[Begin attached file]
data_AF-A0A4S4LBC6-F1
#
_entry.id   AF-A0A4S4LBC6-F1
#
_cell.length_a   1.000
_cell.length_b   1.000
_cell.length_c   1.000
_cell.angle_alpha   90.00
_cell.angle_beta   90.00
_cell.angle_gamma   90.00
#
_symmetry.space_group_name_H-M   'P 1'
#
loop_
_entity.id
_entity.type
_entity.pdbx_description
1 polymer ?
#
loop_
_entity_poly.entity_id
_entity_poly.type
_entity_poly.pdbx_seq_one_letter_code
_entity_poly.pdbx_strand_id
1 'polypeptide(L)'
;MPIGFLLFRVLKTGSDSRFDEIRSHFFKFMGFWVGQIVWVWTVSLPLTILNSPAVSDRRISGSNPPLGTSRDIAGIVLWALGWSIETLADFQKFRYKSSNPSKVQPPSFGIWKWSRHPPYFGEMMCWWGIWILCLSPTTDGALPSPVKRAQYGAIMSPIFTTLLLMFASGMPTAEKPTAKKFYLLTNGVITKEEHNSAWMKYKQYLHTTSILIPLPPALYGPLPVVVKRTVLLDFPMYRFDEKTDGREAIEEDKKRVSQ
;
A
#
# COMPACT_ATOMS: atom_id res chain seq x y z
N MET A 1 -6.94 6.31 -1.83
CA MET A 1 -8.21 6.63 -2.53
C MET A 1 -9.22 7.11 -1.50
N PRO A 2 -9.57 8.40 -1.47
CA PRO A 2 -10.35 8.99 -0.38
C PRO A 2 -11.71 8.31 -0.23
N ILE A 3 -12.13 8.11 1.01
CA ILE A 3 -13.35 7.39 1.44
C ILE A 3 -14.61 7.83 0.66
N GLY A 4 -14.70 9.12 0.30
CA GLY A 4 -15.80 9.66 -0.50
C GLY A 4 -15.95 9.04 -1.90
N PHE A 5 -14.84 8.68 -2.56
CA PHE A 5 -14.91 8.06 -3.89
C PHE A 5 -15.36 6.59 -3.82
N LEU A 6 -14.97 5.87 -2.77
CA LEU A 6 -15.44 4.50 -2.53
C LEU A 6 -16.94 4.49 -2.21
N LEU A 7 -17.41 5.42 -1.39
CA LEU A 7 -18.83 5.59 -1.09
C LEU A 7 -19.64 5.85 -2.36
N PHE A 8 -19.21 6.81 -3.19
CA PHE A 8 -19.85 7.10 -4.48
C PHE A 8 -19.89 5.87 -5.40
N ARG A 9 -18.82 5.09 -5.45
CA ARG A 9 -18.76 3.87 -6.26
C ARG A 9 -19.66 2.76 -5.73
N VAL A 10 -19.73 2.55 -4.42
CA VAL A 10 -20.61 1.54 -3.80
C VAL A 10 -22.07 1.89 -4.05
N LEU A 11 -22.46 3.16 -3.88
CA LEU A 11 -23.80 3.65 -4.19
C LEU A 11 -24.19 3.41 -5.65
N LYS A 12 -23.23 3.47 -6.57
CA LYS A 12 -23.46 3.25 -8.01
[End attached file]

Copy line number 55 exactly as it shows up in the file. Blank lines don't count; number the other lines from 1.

N ARG A 9 -18.82 5.09 -5.45